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Mental health and wellbeing, including addressing impacts of historical trauma and substance use among young people, has been identified as a key priority by Indigenous communities and leaders across Canada and globally. Yet, research to understand mental health among young Indigenous people who have used drugs is limited.
To examine longitudinal risk and strengths-based factors associated with psychological distress among young Indigenous people who use drugs.
The Cedar Project is an ongoing cohort study involving young Indigenous people who use drugs in Vancouver, Prince George, and Chase, British Columbia, Canada. This study included participants who completed the Symptom Checklist-90-Revised, returned for follow-up between 2010 and 2012, and completed the Childhood Trauma Questionnaire. Adjusted linear mixed-effects models estimated effects of study variables on changes in area T-scores of psychological distress.
Of 202 eligible participants, 53% were women and the mean age was 28 years. Among men, childhood maltreatment (emotional abuse, physical abuse, sexual abuse, physical neglect), any drug use, blackouts from drinking, and sex work were associated with increased distress. Among women, childhood maltreatment (emotional abuse, physical abuse, physical neglect), blackouts from drinking, and sexual assault were associated with increased distress, while having attempted to quit using drugs was associated with reduced distress. Marginal associations were observed between speaking their traditional language and living by traditional culture with lower distress among men.
Culturally safe mental wellness interventions are urgently needed to address childhood trauma and harmful coping strategies that exacerbate distress among young Indigenous people who use drugs.
Reactive nitrogen (Nr) has well-documented positive effects in agricultural and industrial production systems, human nutrition and food security. Limited Nr supply was a key constraint to European food and industrial production, which has been overcome by Nr from the Haber–Bosch process.
Given the huge diversity in Nr uses, it becomes a major challenge to summarize an overall inventory of Nr benefits. This full list of benefits needs to be quantified if society is to develop sound approaches to optimize Nr management, balancing the benefits against the environmental threats.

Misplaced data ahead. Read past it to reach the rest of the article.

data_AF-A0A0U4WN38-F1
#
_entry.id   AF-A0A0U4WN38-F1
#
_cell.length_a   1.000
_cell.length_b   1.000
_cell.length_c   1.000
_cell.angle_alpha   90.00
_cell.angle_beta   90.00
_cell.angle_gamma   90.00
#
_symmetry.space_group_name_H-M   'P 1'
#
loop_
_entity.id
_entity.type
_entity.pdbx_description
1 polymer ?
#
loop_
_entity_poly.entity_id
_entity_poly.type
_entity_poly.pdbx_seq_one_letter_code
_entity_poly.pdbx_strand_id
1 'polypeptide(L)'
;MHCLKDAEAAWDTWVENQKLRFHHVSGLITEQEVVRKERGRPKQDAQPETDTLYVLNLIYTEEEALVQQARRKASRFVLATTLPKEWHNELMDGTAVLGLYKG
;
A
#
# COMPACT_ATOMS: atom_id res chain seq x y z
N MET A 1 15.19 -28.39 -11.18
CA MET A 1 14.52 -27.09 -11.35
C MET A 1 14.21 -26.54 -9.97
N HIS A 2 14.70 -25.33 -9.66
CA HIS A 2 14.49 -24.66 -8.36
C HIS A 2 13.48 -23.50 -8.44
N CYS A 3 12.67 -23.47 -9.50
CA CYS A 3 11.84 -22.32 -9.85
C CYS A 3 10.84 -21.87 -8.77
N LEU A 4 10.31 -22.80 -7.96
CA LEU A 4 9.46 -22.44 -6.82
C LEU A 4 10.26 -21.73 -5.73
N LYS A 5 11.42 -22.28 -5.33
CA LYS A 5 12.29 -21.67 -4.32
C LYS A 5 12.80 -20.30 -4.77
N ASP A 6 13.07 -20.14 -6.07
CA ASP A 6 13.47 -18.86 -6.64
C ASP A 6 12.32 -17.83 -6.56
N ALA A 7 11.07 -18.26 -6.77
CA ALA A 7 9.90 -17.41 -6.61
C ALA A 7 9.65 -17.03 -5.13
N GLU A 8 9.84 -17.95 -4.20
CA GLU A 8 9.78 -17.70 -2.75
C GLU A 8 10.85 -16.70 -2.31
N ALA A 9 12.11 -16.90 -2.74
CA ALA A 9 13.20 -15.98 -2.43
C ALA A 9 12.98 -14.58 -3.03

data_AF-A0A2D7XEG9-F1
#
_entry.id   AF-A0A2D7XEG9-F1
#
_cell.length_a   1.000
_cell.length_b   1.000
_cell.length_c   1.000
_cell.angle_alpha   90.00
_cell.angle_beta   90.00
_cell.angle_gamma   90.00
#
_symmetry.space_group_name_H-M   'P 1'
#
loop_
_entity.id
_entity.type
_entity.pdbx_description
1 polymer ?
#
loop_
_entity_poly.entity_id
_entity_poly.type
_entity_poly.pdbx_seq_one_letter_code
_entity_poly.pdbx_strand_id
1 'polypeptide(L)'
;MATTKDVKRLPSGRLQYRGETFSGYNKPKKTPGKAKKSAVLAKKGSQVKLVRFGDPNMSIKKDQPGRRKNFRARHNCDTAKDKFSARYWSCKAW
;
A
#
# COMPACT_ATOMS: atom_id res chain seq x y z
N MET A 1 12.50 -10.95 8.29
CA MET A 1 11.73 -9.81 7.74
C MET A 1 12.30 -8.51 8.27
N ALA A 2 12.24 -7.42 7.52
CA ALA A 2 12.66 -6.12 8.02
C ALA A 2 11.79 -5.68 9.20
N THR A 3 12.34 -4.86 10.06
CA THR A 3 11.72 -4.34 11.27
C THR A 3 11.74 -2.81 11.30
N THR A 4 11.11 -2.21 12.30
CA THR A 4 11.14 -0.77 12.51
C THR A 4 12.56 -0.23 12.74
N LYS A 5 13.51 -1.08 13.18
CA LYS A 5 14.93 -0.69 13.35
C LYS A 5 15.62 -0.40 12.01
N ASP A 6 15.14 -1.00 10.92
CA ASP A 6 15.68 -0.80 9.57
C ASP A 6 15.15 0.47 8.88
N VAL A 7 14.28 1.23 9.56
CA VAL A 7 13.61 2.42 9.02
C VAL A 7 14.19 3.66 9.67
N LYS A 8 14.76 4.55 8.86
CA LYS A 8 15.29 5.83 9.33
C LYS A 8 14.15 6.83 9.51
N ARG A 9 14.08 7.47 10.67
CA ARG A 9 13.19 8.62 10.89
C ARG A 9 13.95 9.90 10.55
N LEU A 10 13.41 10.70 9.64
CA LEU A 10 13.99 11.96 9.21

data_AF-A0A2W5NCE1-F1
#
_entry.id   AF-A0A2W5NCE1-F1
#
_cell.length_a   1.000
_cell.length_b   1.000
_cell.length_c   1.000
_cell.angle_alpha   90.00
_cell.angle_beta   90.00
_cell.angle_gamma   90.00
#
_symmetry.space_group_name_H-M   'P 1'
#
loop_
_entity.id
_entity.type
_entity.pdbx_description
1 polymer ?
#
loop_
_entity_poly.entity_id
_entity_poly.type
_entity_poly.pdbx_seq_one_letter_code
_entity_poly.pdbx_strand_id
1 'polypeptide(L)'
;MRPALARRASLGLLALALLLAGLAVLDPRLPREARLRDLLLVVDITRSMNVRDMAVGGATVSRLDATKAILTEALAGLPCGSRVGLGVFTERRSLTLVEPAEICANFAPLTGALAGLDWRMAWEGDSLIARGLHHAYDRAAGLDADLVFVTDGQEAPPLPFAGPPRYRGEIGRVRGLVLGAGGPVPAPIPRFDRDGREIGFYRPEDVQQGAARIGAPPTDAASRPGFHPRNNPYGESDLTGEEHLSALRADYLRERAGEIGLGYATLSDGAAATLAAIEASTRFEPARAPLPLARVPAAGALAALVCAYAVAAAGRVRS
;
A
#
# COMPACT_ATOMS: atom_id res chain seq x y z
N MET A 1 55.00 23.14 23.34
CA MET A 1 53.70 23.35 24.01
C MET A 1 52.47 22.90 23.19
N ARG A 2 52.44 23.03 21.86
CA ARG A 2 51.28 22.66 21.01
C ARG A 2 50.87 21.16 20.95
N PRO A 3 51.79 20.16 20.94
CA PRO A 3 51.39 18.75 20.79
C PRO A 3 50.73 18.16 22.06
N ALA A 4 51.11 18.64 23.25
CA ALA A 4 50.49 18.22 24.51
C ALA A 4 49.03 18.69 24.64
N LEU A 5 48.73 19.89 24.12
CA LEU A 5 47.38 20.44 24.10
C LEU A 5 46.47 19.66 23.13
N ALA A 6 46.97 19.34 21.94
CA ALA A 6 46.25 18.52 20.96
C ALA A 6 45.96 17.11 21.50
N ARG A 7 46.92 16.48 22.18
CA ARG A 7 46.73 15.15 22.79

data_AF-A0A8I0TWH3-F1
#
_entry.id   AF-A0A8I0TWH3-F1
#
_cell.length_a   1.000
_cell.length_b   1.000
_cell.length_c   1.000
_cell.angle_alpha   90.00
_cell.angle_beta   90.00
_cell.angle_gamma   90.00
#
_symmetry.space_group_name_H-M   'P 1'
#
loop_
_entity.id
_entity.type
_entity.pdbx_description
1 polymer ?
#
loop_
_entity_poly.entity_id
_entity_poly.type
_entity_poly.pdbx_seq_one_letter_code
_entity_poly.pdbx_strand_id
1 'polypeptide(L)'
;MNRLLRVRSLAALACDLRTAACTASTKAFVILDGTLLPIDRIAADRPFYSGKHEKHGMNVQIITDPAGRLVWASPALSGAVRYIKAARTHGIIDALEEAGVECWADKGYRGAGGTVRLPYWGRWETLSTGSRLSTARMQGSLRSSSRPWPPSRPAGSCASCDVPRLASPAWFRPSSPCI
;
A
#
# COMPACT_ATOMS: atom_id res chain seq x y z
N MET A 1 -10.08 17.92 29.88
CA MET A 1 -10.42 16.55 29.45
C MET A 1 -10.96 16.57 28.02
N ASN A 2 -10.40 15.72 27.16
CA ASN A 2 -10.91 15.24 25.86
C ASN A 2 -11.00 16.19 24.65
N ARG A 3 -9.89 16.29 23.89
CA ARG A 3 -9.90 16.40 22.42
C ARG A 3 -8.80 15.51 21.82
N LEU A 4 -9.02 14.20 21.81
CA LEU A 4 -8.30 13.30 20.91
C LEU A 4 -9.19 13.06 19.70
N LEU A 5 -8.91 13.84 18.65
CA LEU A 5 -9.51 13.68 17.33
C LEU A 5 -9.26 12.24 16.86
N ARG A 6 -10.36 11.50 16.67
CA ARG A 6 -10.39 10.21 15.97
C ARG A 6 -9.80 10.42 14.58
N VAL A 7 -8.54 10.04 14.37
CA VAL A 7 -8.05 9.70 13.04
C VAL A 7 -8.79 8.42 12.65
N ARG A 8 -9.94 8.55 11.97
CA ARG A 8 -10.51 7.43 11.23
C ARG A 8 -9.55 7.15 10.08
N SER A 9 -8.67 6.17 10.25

When reviewing trends in European Nr production rates, including those from chemical and biological fixation processes, and the consumption of this Nr in human activities, agriculture is by far the largest sector driving Nr creation.
Particular attention has been given to relationships between N application rates, productivity and quality of products from major crops and livestock types, including consideration of the mechanisms underlying variations in N response/outputs and the derived impacts on land use and land requirements.
Key findings/state of knowledge
The economic value of N benefits to the European economy is very substantial. Almost half of the global food can be produced because of Nr from the Haber–Bosch, and cereal yields in Europe without fertilizer would only amount to half to two-thirds of those with fertilizer application at economically optimal rates.
Techniques have been developed to produce microbial phytase for addition to diets for simple-stomached animals, with the aim to improve phosphorus availability from phytate-P in plant sources. The activityof the crude microbial phytase showed pH optima at pH 5-5 and 2·5. The enzyme was able to degradephytate in vitro in soya-bean meal, maize and a liquid compound feed for pigs. When microbial phytasewas added to low-P diets for broilers the availability of P increased to over 60 % and the amount of Pin the droppings decreased by 50%. The growth rate and feed conversion ratio on the low-P dietscontaining microbial phytase were comparable to or even better than those obtained on control diets.Addition of microbial phytase to diets for growing pigs increased the apparent absorbability of P by24%. The amount of P in the faeces was 35% lower.
Techniques have been developed to produce microbial phytase for addition to diets for simple-stomached animals, with the aim to improve phosphorus availability from phytate-P in plant sources. The activity of the crude microbial phytase showed pH optima at pH 5.5 and 2.5. The enzyme was able to degrade phytate in vitro in soya-bean meal, maize and a liquid compound feed for pigs. When microbial phytase was added to low-P diets for broilers the availability of P increased to over 60% and the amount of P in the droppings decreased by 50%. The growth rate and feed conversion ratio on the low-P diets containing microbial phytase were comparable to or even better than those obtained on control diets. Addition of microbial phytase to diets for growing pigs increased the apparent absorbability of P by 24%. The amount of P in the faeces was 35% lower.
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